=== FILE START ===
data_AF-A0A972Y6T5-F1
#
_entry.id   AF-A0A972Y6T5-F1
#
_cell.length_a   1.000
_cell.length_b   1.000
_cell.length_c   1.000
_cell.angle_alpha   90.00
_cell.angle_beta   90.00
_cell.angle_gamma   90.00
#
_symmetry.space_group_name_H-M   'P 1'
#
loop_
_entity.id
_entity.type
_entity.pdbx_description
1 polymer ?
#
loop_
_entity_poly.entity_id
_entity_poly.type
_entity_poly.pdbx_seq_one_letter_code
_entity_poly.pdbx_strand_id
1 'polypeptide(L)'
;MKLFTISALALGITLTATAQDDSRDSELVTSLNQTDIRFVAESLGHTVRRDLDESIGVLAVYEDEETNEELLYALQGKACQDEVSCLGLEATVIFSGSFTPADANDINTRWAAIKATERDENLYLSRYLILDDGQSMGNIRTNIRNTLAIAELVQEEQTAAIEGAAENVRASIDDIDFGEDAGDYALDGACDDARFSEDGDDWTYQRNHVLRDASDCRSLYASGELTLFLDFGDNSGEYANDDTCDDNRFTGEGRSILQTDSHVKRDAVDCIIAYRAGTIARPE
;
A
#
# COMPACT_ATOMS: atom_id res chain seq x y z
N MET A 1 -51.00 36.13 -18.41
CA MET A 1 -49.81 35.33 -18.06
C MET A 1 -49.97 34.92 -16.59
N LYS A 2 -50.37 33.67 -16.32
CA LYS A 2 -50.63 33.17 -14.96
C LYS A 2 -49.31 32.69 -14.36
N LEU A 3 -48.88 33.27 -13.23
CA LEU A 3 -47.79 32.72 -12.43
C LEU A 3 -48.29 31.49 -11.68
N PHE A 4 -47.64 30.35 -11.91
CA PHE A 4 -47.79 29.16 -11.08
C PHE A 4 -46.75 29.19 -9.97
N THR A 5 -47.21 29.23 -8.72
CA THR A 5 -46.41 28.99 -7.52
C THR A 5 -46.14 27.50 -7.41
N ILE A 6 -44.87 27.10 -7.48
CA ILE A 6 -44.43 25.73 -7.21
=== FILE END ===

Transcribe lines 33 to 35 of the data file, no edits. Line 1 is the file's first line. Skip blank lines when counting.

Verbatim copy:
C MET A 1 -49.97 34.92 -16.59
N LYS A 2 -50.37 33.67 -16.32
CA LYS A 2 -50.63 33.17 -14.96